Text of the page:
Ooh, that first steep is fine! Delightfully smooth to the point of silky, like biting into a sweet chocolate bar accompanied by pine sap and rich loam. I am really loving the mouthfeel and chocolate notes the most I think, I mean yeah, that forest loam taste is great, but it is not often you get to mix loam and chocolate in the same tea.
Onward to the second steep, it is like an adventure, going deeper into the recently rained on forest, you smell the rich and very thick loam with notes of mushrooms and wet wood. This time around the taste is not as sweet, we are getting a full force of forest, I ate the chocolate bar at the beginning of the path and have now surrendered to the forest completely. The mouthfeel is still super smooth, and the sipping experience finishes out with wet pine wood and a touch of mushrooms.
The aroma of the third steep is not changed much from the second, still very potent loam and wet wood of a healthy forest. It very much so evokes the forests I rambled around in the mountains of Pennsylvania. Like the second steep, this one only has a glimmer of sweetness and a full face full of loam, the mouthfeel has become thick, and I feel like I am sinking into the forest, it is heavy and sleepy. I am loving the heavy chi coming off this tea, me thinks I will keep it around to drink when I have a serious chi stagnation, it feels very invigorating. Many steeps were had, tea drunkitude was very much so achieved!
Outside is ominous as all get out, serious, it is so ominous that we are under a tornado watch, first one of the season…well unless there was one during that crazy storming bought a week or so ago that I slept through. I am hearing the sweet music of thunder getting closer, the wind is bringing in a definite chill, and the radar looks bonkers. I think that this storm might actually hit us full force instead of fall apart on the heat island, which could mean massive hail and power outages. Oddly, we have only had one power outage from a storm in my time living in the Midwest…of course by saying that I totally jinxed myself…oops.
Today my education in Nilgiri teas continues with The Tea Shelf’s Billimalai Nilgiri White! Hailing from the Coonoor region of Southern India, the Billimalai Tea Estate sits 6,400ft about sea level in the Blue Mountains (fun fact, Nilgiri means Blue Mountains) Terrain, and looking at pictures of the area, it is absolutely beautiful. The leaves look like a mixture between a green tea and a white tea, blending vibrantly green leaves with fuzzy silver leaves, I spent quite a bit of time enjoying the different textures and colors presented in these leaves. The aroma was quite the surprise, no sweet at all, but instead rich savory and smoky notes! I picked up notes of lettuce, tomato leaf, vegetable broth, and a slight sauteed mushroom almost sausage meatiness at the smoky finish.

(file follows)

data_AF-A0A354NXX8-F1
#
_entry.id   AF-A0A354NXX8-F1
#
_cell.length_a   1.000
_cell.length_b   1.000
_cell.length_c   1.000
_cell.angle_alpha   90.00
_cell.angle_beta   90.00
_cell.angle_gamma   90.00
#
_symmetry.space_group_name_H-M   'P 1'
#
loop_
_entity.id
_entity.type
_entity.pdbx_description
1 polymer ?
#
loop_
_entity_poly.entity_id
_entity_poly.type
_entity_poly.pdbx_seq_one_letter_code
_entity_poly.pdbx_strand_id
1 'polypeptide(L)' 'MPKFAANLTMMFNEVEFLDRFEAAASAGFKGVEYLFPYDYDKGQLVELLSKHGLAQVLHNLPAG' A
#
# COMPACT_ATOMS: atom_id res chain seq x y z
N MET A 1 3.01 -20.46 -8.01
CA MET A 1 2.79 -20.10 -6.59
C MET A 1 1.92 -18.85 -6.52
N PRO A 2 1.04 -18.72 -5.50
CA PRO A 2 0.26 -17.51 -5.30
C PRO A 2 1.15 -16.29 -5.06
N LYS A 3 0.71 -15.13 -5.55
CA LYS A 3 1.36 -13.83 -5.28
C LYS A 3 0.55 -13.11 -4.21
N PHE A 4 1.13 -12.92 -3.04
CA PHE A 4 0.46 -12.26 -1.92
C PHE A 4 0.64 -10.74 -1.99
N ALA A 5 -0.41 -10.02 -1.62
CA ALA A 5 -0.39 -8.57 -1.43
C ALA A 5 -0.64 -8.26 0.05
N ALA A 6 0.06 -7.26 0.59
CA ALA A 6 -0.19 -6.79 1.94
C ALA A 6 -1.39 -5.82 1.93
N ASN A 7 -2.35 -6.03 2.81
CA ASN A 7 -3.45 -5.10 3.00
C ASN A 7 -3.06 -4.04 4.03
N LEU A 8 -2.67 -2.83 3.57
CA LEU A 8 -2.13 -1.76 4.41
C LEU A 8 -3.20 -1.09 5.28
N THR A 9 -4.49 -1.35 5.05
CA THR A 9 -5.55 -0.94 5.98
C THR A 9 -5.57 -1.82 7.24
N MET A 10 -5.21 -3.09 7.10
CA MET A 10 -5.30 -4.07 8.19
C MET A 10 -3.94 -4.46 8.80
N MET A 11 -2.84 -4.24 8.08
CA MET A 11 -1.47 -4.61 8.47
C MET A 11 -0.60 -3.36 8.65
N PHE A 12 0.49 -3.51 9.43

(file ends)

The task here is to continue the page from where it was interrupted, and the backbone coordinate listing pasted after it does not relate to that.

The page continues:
Ok, storms, you are a disappointment to the skies that spawned you! They totally fell apart and then reformed about half an hour north, ugh. If storms were a sentence where I live would be the comma, this always happens. Anyways, I decided to gongfu this intriguing tea, and after the first steep the aroma of the leaves is a fun blend of vegetal notes and savory tones. Hello okra, green beans, tomato leaves, dried tomatoes, and smoky vegetable broth! The notes are making me a bit on the hungry side, but that tends to happen with savory teas. The liquid is a blend of okra, lettuce, sweet flower nectar and a bit of honey at the finish.
First steeping is like drinking a book, not because it tastes like paper or books, but because it has some many different stories! At the first sip it tastes like a field of wildflowers complete with a bit of hay and grass, then it moves on to distant wildfires, next it is sesame seeds and green beans. The finish is honey and flowers, this is a peculiar tea, but it is a tasty peculiar tea.
The second steep has a strong smoky aroma mixed with wildflowers and okra, more teas need the note of okra, I love that stuff. The taste is a dead even mix of wildflowers, smoke, citrus, and sesame seeds. I was surprised how balanced and blended the notes were this steep, last steep they were very distinct. I found this tea fascinating, it blends different notes that I do not usually associate with white teas, so I appreciated the mouth adventure.
Man, it is humid today! I am pretty sure the air is soup, it feels like living in the South! I have mixed feelings about humidity, on the one hand it means possible storms and rain, which I love, on the other hand it makes everything feel damp. I spent the entire night fussing with my pillows and sheets because they felt soggy, my clothes feel soggy, my paint is just not drying, and my hair is super poofy. I am enjoying the damp smell of earth and wood that is wafting through my window though, so I forgive most of the side effects, well except the soggy feeling bed.